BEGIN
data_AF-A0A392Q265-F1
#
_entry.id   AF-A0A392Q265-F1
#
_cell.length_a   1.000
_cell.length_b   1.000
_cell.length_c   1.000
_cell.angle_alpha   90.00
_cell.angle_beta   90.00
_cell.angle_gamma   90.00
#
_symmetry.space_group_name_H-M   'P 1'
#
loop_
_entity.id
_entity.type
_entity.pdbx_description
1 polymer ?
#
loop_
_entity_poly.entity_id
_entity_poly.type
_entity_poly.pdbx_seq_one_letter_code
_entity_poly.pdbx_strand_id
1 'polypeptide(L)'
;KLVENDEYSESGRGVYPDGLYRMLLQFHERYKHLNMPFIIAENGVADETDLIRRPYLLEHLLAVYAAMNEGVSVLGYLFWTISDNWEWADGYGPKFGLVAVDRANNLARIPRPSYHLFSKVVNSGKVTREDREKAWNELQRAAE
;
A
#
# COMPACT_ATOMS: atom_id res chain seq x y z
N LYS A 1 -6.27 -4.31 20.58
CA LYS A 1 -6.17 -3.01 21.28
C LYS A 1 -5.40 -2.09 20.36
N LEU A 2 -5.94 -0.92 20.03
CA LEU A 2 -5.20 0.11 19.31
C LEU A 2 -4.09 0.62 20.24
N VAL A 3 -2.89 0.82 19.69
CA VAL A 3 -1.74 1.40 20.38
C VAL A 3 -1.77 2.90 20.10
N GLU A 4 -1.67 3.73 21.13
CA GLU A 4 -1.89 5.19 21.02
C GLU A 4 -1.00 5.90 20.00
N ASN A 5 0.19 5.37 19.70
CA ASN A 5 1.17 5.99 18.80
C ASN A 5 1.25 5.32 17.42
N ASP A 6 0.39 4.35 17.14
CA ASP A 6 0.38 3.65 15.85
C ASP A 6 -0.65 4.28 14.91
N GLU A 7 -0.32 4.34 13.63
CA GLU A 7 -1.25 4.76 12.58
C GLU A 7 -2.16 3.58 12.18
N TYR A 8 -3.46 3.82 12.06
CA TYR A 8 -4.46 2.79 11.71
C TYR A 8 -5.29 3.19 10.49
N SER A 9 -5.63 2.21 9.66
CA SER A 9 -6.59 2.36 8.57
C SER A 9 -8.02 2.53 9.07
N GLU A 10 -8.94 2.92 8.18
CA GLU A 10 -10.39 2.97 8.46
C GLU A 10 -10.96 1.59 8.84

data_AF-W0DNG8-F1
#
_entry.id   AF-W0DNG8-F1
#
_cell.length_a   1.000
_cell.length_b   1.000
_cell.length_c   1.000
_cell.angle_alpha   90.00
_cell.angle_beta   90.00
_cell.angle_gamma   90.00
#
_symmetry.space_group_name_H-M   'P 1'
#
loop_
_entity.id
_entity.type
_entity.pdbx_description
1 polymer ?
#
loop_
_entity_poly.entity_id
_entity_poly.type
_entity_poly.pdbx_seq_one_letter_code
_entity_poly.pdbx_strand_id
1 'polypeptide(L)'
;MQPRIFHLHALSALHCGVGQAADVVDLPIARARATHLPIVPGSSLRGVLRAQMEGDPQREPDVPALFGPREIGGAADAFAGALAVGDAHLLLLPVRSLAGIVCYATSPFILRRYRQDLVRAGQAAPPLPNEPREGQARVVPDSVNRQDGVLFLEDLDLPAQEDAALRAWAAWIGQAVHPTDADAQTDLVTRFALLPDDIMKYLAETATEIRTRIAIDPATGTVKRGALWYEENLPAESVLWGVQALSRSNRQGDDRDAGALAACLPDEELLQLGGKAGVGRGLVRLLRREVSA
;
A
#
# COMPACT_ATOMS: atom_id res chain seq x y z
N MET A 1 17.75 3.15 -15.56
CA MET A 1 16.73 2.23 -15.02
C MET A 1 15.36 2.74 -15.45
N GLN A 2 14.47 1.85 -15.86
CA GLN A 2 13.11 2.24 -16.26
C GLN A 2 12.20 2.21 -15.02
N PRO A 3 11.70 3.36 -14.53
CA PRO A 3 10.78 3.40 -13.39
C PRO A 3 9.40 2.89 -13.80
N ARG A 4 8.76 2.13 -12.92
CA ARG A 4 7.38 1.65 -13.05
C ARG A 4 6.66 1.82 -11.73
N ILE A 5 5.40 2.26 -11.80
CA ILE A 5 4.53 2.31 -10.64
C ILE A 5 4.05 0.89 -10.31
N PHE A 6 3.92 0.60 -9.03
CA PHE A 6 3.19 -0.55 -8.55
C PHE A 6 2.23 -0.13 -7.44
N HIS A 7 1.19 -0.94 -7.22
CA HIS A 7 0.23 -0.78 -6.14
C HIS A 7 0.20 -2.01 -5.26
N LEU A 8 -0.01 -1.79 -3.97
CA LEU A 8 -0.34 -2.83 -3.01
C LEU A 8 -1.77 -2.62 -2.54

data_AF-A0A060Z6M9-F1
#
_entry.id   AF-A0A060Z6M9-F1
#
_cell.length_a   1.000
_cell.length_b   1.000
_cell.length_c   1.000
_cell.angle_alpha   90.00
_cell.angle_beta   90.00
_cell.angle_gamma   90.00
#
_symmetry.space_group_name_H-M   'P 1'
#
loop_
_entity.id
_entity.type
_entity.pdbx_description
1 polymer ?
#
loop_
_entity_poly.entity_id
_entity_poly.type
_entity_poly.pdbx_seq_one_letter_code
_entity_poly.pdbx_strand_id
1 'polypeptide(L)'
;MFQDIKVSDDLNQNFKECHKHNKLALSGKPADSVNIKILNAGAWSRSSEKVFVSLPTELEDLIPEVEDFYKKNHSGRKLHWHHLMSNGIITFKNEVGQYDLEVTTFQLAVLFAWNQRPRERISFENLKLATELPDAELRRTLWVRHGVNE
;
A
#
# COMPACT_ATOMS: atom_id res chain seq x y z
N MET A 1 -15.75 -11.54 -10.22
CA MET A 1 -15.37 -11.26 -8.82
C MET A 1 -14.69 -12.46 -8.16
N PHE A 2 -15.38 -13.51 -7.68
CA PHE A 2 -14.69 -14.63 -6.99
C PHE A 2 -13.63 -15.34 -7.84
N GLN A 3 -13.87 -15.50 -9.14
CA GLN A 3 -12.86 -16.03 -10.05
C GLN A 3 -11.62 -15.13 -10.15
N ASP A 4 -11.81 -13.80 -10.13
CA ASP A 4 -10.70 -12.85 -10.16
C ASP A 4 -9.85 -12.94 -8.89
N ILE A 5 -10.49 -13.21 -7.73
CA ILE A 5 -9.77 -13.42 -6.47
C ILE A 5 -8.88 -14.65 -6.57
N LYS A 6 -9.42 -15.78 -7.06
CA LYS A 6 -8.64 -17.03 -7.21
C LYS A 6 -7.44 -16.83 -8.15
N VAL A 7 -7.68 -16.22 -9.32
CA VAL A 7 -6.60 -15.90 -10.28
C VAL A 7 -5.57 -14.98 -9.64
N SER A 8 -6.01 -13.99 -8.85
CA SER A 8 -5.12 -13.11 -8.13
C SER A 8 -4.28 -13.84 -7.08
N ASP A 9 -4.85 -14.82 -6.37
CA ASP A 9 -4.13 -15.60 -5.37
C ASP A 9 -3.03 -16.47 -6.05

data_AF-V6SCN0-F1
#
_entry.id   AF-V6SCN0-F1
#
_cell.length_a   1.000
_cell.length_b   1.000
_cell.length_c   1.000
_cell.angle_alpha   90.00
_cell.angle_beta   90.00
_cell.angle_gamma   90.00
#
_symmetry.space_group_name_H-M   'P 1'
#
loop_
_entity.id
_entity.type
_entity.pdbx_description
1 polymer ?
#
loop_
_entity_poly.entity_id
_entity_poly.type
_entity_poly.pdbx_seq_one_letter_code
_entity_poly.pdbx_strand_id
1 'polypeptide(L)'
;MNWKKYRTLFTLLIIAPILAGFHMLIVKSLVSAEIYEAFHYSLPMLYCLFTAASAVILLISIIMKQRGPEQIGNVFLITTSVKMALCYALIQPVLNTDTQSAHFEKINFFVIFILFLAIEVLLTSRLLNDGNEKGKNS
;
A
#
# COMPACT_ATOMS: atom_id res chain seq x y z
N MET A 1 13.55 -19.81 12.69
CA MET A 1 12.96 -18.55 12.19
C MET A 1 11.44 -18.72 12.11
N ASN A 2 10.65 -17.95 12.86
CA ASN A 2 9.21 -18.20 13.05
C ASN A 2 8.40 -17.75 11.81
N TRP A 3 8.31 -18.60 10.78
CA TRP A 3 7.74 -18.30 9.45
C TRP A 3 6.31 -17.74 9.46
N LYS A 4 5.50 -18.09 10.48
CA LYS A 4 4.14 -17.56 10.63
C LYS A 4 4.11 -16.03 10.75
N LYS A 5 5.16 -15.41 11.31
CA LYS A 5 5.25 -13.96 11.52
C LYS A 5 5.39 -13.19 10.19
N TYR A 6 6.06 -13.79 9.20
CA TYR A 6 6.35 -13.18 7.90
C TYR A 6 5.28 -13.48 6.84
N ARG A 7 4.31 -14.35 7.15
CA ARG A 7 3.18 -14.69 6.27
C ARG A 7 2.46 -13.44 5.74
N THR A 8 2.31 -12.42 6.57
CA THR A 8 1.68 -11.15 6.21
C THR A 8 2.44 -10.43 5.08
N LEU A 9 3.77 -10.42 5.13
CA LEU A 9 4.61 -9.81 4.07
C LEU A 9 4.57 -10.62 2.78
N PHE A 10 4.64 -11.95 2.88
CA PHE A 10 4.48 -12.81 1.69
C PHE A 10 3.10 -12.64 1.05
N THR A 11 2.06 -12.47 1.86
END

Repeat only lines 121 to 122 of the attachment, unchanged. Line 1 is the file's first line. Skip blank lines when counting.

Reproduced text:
_cell.length_c   1.000
_cell.angle_alpha   90.00